Billionaire philanthropist and currency speculator George Soros said on Monday that unless European leaders quickly devise a bold plan to stave off the euro crisis, the EU summit will be a total “fiasco.” So he offers his advice: create a fund to “purchase the bonds of Italy and Spain in return for budget cuts in the nations,” as Bussinessweek reports.
Investors don’t think EU leaders are willing to make the tough calls necessary to save the currency, Soros said in a Bloomberg TV interview.
“There is a disagreement on the fiscal side,” he said, referring to German Chancellor Angela Merkel's refusal to side with the more-spending-will-solve-everything camp. “Unless that is resolved in the next three days, then I am afraid the summit could turn out to be a fiasco.”
But how, exactly, would this fund work? Business Insider’s Joe Wiesenthal explains the Soros plan:
A new "debt redemption fund" would be launched, which would have the ability to buy up sovereign debt funding itself via ECB backed Treasuries with the safest risk weighting. In exchange for countries being able to fund itself via that fund, they would have to agree to various structural reforms. Any failure to deliver on reforms would get a penalty, but not a fatal one. Eventually after all the reforms were made, a more complete fiscal union/Eurobonds scheme could be enacted.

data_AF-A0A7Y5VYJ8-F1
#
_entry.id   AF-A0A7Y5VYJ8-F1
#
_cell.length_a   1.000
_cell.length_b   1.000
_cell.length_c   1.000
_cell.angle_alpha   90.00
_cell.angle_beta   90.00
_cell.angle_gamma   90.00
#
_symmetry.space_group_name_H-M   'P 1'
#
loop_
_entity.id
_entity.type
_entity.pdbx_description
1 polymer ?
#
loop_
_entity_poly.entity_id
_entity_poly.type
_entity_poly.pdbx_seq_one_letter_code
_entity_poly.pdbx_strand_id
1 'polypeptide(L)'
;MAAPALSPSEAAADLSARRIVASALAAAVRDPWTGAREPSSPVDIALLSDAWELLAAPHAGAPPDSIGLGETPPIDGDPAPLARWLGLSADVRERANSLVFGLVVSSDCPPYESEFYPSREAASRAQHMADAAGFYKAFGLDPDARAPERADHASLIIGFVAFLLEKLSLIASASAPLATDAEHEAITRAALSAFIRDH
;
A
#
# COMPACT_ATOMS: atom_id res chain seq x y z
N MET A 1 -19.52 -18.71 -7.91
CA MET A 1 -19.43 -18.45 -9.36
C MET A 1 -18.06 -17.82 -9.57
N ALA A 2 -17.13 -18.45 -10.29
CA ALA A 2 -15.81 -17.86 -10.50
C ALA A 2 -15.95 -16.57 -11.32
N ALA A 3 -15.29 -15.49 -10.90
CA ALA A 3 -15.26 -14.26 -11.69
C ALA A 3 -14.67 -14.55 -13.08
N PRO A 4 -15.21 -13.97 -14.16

And just in case people don’t take him seriously on the whole “fiasco” thing, Soros also warns that Germany's refusal to allow the European Central Bank to buy up more sovereign debt could be “fatal.”
"It will leave the rest of the eurozone without a strong enough firewall to protect it against the possibility of a Greek exit," Soros writes.
“Even if a fatal accident can be avoided, the division between creditor and debtor countries will be reinforced and the 'periphery' countries will have no chance to regain competitiveness because the playing field is tilted against them,” he adds.